Meri Mayhew joined the RAF in 1989 and served as an Air Traffic Control Officer until 2003. This is her transition story.
I thoroughly enjoyed my time in the RAF, particularly the interesting and varied roles, the camaraderie and the social life. A professional highlight was my tour in Afghanistan, running day-to-day air traffic operations at Kabul International Airport. My husband is still serving in the RAF and I left because trying to manage career progression with co-location was becoming harder.
I had 12 months to prepare for leaving the RAF, and I took full advantage of the resettlement package on offer. This included attending a Career Transition Partnership resettlement workshop and registering with the Officers’ Association. I also completed a couple of training courses to add to my civilian-recognised professional qualifications.
I have worked in the charity sector since leaving the RAF. My first role (which I secured after seeing it advertised in the local paper) was as Chief Executive of a local independent charity near our home. This was a great first job after the RAF, giving me good all-round experience of every aspect of managing a charity. Following 3 years there I went on to complete an Open University honours degree in Business Studies, before joining the Forces in Mind Trust (FiMT) for 6 years, initially as the Development Manager and then as Head of Policy. These roles at FiMT were extremely interesting and gave me experience of working in a UK-wide charitable trust with a greater understanding of policy and strategic development. I then felt ready for a fresh challenge and was offered a 10-month secondment in the Ministry of Defence as the Charity Adviser to the Veterans Strategy. This broadened my experience further and gave me the opportunity to interact with civil servants across Government departments, giving me a better understanding of the public sector.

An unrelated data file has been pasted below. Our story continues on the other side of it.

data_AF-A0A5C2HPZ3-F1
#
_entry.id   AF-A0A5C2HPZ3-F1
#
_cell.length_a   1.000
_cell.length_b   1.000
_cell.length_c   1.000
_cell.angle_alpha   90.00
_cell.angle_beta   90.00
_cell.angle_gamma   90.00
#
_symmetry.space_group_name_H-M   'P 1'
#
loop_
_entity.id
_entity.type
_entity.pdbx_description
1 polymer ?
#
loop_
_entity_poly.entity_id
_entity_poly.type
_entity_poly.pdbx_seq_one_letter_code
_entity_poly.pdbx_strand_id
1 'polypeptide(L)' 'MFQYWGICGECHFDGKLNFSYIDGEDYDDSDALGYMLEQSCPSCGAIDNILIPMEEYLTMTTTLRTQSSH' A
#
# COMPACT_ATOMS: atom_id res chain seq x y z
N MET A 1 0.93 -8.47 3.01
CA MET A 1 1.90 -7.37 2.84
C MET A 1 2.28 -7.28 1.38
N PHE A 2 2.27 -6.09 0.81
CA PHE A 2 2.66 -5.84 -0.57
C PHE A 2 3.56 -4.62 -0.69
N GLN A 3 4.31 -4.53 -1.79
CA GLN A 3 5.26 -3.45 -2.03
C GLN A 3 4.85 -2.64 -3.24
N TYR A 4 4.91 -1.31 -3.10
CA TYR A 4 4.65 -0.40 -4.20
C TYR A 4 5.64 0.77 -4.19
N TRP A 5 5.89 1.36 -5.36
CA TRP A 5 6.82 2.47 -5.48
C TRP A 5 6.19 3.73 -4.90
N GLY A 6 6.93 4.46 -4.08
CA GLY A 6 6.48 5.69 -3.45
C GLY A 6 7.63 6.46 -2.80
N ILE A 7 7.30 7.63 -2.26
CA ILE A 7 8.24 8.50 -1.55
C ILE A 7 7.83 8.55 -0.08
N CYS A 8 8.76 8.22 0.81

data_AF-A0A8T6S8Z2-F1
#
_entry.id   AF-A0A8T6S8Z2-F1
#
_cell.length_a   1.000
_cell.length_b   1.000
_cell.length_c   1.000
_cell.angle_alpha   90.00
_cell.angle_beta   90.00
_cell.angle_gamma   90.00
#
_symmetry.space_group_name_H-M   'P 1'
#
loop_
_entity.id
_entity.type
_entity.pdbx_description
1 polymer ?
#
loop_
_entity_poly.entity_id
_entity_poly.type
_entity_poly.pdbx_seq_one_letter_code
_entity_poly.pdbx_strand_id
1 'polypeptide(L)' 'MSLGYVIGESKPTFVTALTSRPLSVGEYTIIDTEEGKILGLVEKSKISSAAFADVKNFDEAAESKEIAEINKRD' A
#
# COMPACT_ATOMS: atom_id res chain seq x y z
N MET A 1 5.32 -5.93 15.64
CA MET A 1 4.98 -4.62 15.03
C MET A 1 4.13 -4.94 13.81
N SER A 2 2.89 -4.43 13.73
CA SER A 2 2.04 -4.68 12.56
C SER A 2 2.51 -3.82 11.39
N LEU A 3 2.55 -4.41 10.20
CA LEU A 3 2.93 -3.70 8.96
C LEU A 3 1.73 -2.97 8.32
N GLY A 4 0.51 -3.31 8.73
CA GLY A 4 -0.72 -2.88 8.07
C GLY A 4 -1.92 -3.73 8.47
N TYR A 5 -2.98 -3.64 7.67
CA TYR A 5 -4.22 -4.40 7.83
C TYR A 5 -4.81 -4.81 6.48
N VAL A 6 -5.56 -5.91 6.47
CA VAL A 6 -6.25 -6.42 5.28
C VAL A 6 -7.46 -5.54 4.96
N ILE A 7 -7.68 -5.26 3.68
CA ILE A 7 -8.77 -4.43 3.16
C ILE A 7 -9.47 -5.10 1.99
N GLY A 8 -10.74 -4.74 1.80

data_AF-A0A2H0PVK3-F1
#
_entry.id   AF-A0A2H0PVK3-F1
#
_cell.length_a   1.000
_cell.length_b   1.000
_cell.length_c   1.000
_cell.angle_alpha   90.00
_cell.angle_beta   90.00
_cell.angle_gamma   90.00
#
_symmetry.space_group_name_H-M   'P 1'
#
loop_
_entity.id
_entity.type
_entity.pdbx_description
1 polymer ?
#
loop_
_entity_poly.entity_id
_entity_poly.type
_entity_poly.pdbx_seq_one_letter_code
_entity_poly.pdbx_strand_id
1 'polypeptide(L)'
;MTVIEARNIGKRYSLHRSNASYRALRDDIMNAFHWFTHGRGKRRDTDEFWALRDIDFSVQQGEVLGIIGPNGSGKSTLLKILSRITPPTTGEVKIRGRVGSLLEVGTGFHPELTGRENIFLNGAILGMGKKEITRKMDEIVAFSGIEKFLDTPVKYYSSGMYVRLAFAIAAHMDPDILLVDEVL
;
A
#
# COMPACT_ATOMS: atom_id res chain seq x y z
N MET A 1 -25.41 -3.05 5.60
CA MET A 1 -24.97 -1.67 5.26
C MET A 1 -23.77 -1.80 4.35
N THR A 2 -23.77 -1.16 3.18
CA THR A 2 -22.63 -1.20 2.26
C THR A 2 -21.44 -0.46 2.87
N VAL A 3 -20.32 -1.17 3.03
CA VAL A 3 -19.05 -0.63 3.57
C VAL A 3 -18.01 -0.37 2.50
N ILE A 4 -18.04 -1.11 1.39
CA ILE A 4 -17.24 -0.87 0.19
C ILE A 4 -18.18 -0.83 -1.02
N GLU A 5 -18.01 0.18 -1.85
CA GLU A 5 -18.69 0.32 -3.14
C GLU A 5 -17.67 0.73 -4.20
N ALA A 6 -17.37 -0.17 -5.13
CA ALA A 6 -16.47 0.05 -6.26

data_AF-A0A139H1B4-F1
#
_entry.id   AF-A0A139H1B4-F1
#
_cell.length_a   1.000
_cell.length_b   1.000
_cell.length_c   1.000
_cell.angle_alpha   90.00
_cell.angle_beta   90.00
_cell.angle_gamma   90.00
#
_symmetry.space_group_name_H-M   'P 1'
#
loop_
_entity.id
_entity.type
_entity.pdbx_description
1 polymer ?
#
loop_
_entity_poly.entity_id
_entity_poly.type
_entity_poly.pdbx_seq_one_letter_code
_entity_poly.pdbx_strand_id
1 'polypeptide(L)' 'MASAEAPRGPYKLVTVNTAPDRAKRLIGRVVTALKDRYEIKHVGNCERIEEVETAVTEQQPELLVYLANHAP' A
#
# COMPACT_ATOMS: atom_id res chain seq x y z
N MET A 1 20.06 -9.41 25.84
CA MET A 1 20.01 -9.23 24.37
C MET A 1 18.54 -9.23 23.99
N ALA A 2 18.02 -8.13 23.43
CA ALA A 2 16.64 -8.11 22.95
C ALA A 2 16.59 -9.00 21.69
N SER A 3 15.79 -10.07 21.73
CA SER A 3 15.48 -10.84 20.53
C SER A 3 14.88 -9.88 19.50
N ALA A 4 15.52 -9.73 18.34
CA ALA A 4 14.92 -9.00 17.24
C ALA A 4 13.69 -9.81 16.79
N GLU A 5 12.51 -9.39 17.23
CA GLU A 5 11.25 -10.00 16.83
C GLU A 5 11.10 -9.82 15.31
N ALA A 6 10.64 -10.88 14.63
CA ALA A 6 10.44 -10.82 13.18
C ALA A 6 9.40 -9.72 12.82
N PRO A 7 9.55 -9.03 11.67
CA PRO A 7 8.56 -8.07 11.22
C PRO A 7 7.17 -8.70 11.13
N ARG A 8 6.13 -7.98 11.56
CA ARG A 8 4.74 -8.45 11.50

My secondment finished at the end of March 2019, and by that stage I knew that I enjoyed working pretty autonomously, and had developed sufficient skills, experience and credibility to try self-employment. In April 2019 I set up my own private limited company (Meri Mayhew Consulting Ltd) and am now working as a Charity Consultant (working exclusively in the military charity sector at the moment, but this could broaden in the future). In order to achieve this next step, I took advice from the Officers’ Association, and also attended two short courses run by X-Forces Enterprises who support members of the Armed Forces community considering self-employment. All the information, advice and guidance I received from these organisations was excellent, with very knowledgeable and approachable people, and lots of support.
It is very early days for me in this role and I am learning a huge amount in my first year. Even at this stage, though, I am finding a lot of advantages in working for myself. I am working in an area I enjoy very much; I find the work very satisfying and rewarding; I can work part-time; and I have control over my work/life balance (most of the time!).
There are, though, important considerations with being self-employed. For example, unless I find and secure future work, then the work could dry up, and income is more varied than a regular salary. I have been fortunate so far in that I have not yet had to actively seek work – probably due to an extensive network which I have built in previous roles, but I am not complacent and always have an eye on the future! I have also had to learn how to manage different work strands when working for several different organisations concurrently to ensure I can always meet my commitments to the standard I set for myself.
Overall, I feel that the move to self-employment was right for me and I am enjoying it very much. I also know that the support and expertise of the Officers’ Association and X-Forces Enterprises have been invaluable and meant that I was well-prepared every step of the way.